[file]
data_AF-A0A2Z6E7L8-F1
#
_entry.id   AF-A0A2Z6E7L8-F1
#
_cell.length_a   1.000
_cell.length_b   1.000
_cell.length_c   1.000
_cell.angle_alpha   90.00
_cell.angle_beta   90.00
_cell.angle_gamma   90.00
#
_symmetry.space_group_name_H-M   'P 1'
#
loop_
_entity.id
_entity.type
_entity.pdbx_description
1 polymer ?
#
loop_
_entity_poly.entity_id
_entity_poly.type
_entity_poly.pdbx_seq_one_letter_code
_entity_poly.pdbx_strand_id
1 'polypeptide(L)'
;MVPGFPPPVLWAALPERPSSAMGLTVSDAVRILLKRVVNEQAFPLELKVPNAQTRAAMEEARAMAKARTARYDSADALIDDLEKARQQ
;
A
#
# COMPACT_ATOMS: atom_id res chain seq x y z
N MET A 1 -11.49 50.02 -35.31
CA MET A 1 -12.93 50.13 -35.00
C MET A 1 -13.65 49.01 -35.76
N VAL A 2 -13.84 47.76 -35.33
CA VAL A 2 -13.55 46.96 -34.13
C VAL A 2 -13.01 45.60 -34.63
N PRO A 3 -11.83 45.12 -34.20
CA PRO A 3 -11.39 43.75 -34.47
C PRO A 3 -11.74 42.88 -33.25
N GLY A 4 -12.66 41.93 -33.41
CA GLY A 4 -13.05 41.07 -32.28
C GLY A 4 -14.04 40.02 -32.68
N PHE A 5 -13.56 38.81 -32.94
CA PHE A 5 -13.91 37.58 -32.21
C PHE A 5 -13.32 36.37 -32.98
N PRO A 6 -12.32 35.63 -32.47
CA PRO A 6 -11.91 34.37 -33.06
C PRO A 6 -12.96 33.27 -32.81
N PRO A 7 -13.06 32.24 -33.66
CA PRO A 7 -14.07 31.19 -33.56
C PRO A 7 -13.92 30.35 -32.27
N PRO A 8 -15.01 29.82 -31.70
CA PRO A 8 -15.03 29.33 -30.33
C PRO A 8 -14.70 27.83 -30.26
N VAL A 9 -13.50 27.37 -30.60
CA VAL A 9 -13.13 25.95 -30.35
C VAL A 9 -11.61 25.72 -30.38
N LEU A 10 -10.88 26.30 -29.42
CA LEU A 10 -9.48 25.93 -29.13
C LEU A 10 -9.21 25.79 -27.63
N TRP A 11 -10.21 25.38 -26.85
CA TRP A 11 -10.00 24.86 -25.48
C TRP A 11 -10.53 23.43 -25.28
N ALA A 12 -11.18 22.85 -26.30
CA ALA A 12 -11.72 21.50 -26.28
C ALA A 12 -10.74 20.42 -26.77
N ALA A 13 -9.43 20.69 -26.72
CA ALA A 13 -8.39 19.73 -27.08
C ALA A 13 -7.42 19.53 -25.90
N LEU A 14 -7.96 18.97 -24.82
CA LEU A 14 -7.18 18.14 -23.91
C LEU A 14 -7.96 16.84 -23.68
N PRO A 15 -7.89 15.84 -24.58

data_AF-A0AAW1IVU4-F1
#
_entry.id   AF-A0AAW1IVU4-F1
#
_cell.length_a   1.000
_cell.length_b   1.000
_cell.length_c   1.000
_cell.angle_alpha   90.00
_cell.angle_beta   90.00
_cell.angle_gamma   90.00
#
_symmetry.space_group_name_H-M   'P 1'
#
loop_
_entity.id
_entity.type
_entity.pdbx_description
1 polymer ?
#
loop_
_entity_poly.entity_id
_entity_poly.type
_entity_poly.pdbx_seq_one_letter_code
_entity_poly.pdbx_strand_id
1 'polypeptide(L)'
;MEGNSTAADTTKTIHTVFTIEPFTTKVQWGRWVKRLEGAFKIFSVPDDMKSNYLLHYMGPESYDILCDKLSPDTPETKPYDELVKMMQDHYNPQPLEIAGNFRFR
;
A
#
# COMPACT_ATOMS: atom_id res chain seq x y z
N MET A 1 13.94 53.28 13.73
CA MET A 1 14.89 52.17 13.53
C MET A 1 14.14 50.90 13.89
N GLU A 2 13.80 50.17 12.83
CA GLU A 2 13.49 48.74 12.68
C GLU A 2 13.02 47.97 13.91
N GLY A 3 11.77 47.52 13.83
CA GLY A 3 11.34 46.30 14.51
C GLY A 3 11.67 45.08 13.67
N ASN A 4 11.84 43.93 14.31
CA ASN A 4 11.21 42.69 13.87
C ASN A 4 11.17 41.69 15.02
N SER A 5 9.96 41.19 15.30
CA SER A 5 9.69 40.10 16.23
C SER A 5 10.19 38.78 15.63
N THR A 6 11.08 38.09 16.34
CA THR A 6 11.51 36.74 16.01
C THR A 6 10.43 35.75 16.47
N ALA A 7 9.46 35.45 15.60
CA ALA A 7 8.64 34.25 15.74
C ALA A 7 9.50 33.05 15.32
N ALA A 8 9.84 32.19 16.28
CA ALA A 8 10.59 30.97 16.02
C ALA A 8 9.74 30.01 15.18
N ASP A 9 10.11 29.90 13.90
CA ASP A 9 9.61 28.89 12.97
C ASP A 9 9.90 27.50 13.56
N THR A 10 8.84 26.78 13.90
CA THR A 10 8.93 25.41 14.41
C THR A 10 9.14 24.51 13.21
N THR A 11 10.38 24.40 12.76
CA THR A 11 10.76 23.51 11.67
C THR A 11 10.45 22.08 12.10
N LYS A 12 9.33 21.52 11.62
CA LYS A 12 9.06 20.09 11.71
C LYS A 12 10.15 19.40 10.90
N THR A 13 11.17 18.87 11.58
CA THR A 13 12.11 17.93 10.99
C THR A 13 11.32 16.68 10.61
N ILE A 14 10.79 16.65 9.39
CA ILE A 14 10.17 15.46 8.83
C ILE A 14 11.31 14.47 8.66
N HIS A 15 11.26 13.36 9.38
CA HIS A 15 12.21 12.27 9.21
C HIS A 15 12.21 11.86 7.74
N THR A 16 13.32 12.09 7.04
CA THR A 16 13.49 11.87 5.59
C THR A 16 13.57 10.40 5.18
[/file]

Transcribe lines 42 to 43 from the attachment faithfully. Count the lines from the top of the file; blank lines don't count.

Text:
C GLY A 4 -14.04 40.02 -32.68
N PHE A 5 -13.56 38.81 -32.94